Publishers have ramped up their support for Independent Bookshop Week (IBW) this year, with a raft of exclusive editions, including an essay by Philip Pullman.
As booksellers prepare for the 11th annual IBW (24th June–1st July), publishers have flexed their literary muscle to help indies entice customers into stores. Along with the exclusive editions, retailers will be able to give staff free tote bags marking the 20th anniversary of J K Rowling’s first Harry Potter book (Bloomsbury), and 15 staff from Hachette are to try their hand working on bookshop floors—including Little, Brown and Orion c.e.o. David Shelley and Jamie Hodder-Williams, c.e.o. of Hodder & Stoughton.
Ahead of the release of the first title in the much-anticipated new trilogy from Pullman, The Book of Dust (Penguin Random House Children’s/David Fickling Books), the bestselling author has given indie bookshops an exclusive essay to sell. Imaginary Friends, published by David Fickling, is an essay written in answer to Richard Dawkins’ assertion that fairytales may have a pernicious effect on children, with reference to the author’s own experience of reading and imagining. Pullman asks the simple question: How do children read fairytales? He answers it using his experience, drawing on the stories that meant the most to him as a child. The book will be available to sell exclusively from 24th June.
Rosamund de la Hey, owner of The Mainstreet Trading Company in St Boswells, said: “There are lots of brilliant offers for IBW this year, but I know the Philip Pullman essay will be embraced with open arms by booksellers. If you said to them they could have anything they want, they would have said that. "The essay is an exclusive preview of Daemon Voices: Essays on Storytelling by Pullman, which will be published in hardback on 2nd November. It follows in the footsteps of previous IBW exclusive essays by Robert Macfarlane, Julian Barnes, Anne Patchett and Mark Forsyth.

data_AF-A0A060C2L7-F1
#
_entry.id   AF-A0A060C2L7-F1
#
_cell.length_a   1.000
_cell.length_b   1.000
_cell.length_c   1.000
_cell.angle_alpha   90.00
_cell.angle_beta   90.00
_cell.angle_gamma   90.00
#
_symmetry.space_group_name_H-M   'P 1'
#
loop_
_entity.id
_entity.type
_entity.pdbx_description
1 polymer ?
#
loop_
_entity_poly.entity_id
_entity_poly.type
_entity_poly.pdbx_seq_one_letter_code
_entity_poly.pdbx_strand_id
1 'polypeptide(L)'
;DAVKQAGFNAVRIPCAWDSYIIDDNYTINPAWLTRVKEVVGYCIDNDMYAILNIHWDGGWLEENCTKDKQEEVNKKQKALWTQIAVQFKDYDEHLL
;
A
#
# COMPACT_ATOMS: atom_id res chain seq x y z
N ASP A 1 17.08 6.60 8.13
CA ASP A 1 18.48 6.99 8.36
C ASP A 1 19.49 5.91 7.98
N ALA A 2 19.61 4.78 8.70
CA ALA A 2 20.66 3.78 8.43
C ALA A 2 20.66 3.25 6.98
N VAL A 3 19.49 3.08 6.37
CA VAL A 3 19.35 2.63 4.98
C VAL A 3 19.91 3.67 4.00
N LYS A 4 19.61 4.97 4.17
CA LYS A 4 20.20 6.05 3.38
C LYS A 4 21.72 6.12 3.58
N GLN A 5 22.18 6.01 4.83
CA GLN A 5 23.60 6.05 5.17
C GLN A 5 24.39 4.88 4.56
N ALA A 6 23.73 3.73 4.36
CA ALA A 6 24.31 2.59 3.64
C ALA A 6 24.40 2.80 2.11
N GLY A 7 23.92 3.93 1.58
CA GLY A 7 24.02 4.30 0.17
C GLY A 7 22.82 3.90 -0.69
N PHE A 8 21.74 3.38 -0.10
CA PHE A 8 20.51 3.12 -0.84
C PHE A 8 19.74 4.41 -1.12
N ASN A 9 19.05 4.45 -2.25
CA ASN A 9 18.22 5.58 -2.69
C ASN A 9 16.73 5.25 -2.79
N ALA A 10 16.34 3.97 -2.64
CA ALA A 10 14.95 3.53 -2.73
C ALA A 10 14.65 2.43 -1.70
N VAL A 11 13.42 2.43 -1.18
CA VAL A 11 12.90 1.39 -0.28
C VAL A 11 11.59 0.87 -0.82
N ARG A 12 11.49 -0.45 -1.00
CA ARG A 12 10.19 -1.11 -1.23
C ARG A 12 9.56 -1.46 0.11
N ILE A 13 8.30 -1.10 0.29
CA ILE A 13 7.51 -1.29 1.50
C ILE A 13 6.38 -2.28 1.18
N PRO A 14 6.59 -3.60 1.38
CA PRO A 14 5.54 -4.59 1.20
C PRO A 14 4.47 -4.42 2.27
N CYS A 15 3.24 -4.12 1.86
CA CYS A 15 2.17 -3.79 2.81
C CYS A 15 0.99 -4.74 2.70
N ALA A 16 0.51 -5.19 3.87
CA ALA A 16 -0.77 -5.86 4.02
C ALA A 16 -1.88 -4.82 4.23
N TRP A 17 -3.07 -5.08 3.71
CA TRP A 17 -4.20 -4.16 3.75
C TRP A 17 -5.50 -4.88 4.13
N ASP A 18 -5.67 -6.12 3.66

Participating bookshops will also benefit from early, exclusive access to the Faber & Faber Poetry Diary 2018, available to indie bookshops from mid-June but not released to the rest of the trade until the end of August; an Ian Rankin Anniversary Box Set, specially curated by Orion and containing Knots and Crosses, Black and Blue and Exit Music, all signed by Rankin; and an early release of The Art of Reading by Damon Young (£9.99, Scribe), exclusively available to independent bookshops from mid-June before its general release on 10th August. Limited-edition signed, numbered book plates and A3 posters will also be available with orders.
In terms of giveaways, customers will be able to put their books into limited edition IBW 2017 tote bags featuring Bloomsbury’s 20th anniversary Hogwarts house shields, marking two decades since the launch of the Harry Potter series with Harry Potter and the Philosopher’s Stone.
For kids, Walker Books’ Find Wally hunt is back by popular demand, this time celebrating 30 years of the famous bespectacled character. Booksellers will also be invited to spread the “Get Local” message by livening up their towns with community-wide, month-long Wally hunts. They will receive a free kit containing instructions, posters, stickers, a sample press release, social media assets and prizes to help them organise the event.